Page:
When I was in high school, I saw a ghost. Or at least, what I thought might be one.
As the co-director of a small production of a play called “Kill Me Deadly”, part of my job was to put together costumes for the show. There were quite a few costumes to put together, and the details were especially important.
I decided to go into my hometown’s theater which had its own collection of period clothing, costumes, and accessories. I let myself in with the key that had been given to me and made my way upstairs to the costume room.
This would be the first and last time I was alone in the theater.
While in the costuming room, surrounded by suits from the 1940s, I desperately searched for sizes and styles that would fit our detective characters. Suddenly the calm air of the Art Deco theater became unsettling. Though the upstairs of the theater was always warm, a chill rolled down my spine.
I heard the stories from locals of how the building was supposedly haunted. I never experienced anything myself, but I’d always had a fascination with the gothic and the macabre.
I grew up going to church, and had always been told that ghosts were made up or were just demons created by the devil trying to tempt you with sin. In my small hometown, basically everyone went to church, if not yours than one of the dozen or so others that littered the square-mile town. I had friends who weren’t allowed to watch shows and movies that dealt with magic and witches.
My mom once told me that she didn’t like that my dad had allowed me to watch “Harry Potter” at such a young age. She thought it might turn me against religion. I imagine she wouldn’t be too excited to hear that the closest religion I feel connected to is Wicca, and even then only in the barest sense.
In the end, it wasn’t the negative influences of witches and warlocks that led me to leave the church. While my mom was very accepting of the LGBT community and her bisexual daughter, there were many members of her church who were not.
Standing in the costume room with the sudden feeling that I wasn’t alone, I remembered the warnings I had heard from members of the congregation throughout my childhood. I let out a slow, deep breath and tried to rationalize this sudden, anxious feeling that took over my mind and left me wanting to crawl out of my own skin.
Maybe I just wasn’t used to being alone, especially in that building. I was used to constantly being surrounded by people. It’s not uncommon for people to be overcome with an anxious feeling when confronted with being alone.
Or maybe it was because I was a high school student who was awake way too early on a Saturday morning. No matter what the reason was, I just knew that I needed to get out of that building. I remember so vividly putting down the pinstripe suit I had been looking over, grabbing my bag, and turning around.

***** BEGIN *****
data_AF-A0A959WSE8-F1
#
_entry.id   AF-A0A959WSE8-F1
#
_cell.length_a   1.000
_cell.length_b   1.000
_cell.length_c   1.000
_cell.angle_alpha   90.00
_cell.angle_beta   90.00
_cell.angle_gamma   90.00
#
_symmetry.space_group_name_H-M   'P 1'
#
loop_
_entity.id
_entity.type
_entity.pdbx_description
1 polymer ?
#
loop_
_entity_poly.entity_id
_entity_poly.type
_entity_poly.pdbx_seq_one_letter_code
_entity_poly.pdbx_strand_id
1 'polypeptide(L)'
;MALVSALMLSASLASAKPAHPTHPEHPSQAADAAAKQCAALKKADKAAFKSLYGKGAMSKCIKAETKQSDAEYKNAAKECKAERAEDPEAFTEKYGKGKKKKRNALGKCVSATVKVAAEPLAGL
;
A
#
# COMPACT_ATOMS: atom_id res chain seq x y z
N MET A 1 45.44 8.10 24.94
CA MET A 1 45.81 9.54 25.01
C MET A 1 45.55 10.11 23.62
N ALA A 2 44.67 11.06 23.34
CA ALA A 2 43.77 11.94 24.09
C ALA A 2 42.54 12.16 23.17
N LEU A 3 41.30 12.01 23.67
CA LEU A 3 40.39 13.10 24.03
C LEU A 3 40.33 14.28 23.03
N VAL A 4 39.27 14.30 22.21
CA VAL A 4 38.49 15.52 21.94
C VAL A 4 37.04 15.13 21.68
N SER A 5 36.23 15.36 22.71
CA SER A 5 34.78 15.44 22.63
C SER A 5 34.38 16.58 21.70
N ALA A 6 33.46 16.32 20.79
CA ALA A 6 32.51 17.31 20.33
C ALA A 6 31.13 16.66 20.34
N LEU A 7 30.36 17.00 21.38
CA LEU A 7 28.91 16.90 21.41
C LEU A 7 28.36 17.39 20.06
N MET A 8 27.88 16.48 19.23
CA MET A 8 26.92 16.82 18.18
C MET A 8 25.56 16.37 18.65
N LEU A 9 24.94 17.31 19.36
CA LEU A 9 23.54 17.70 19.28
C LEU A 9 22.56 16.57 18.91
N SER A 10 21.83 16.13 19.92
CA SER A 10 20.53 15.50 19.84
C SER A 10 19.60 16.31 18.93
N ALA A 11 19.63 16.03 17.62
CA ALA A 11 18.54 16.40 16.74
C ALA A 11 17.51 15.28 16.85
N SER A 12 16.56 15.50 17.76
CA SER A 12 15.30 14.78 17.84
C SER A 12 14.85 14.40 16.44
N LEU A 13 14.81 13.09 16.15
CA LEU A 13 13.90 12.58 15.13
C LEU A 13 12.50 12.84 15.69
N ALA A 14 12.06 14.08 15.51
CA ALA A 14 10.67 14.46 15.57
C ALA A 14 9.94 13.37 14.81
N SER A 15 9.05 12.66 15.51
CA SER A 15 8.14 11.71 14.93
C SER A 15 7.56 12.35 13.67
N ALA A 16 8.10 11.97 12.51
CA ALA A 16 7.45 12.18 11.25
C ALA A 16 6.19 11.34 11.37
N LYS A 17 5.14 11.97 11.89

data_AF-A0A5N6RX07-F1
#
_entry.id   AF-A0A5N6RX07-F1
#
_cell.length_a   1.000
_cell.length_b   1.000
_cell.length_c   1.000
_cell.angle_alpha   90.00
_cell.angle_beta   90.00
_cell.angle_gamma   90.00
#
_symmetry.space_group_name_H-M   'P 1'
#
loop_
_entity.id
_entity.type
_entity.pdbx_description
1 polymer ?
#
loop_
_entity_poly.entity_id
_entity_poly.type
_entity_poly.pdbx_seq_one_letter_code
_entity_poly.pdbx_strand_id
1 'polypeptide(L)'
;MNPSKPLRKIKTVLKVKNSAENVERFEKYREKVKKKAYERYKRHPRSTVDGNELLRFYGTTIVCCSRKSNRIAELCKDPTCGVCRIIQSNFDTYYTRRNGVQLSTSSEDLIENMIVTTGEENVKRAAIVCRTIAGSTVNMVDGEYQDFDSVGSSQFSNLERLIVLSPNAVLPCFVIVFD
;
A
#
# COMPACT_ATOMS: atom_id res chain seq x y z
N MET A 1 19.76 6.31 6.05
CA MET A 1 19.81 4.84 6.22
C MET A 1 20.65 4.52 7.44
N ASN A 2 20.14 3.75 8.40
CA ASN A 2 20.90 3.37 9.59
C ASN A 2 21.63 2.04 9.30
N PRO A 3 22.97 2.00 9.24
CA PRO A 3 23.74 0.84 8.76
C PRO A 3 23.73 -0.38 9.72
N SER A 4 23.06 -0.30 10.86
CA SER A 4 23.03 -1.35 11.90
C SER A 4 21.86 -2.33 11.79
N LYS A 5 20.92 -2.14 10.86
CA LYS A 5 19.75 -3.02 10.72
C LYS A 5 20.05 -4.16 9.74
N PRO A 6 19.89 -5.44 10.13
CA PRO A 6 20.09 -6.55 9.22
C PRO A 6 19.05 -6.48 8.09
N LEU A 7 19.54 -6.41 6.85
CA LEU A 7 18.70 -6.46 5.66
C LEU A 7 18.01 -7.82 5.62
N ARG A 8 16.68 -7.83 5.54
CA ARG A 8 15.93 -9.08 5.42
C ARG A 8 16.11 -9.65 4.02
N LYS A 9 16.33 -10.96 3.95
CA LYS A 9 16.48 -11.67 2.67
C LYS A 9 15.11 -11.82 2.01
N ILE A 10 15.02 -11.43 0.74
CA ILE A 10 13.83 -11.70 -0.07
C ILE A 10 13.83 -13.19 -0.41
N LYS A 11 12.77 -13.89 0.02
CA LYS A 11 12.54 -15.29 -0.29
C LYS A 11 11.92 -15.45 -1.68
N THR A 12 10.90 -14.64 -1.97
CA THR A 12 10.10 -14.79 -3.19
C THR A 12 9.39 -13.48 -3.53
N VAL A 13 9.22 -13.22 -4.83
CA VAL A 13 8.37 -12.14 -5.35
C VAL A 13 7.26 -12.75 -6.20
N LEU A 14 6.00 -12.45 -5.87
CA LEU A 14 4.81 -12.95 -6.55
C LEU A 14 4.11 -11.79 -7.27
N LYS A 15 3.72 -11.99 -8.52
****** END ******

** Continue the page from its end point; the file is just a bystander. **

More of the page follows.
That’s when I saw him.
Though the building was dim, I could clearly see the outline of a tall man in a top hat. The longer I stared at him, the more details I saw. His clothes looked old-fashioned, similar to the suits that I was just looking at. I couldn’t see his face, but could still feel his stare. The only thing that separated him and me was the glass window that divided the costume department from the lights and sound booth. He hovered between me and the stairs that could lead to my freedom.
I always wondered why so many people were so adamant that ghosts had to be real. That they simply had to be out there, because what else could explain all of the “haunted” buildings and first-hand experiences. Some have attempted to explain the phenomena away as beings who have temporarily crossed into our dimension. Others have said that they are hallucinations or momentary psychotic breaks.
I think that perhaps believing in ghosts is almost a coping mechanism for people who identify as more spiritual. Not necessarily Christian, but spiritual. It’s a way to hold on to the people that you’ve lost by keeping the idea that they might still be around.
But this brings forward a new brand of horrors. If your loved ones are trapped, will you ever see them again once the sweet embrace of death takes you too? Or will you also remain trapped between the veil of existence and not, constantly waiting to be freed from the endless after-life you find yourself in?
So many people are looking for answers, maybe that’s why there are so many ghost hunting and paranormal shows out there. Are ghosts real, or do we just want them to be? How can we help them? Why are they out there?
Back in the theater, I began to slowly creep towards the stairs that would give me an escape. The figure of the man remained where he hovered, staring straight ahead. He didn’t seem to acknowledge that I existed, and maybe I should do the same. I took a deep breath and walked past the figure, not daring to glance at where he was.
It wasn’t until I got to the bottom of the stairs that I turned around, but the man was no longer there. Still I rushed out the door, locking it behind me, the costumes could wait for another day.
To this day, I’m not really sure if what I saw was actually a ghost. Could it have been a hallucination? Did I peer into another dimension that someone slipped into ours? No matter what, I know what I saw.
Very few people believed me about the man in the top hat. Some may still think I was crazy or making it up for attention, but I still think about him sometimes. I wonder if he ever made it out, or if he was trapped to spending countless nights watching high school students put on low-budget versions of “Bye Bye Birdie.”
Either way, I vowed to never be in that building alone ever again.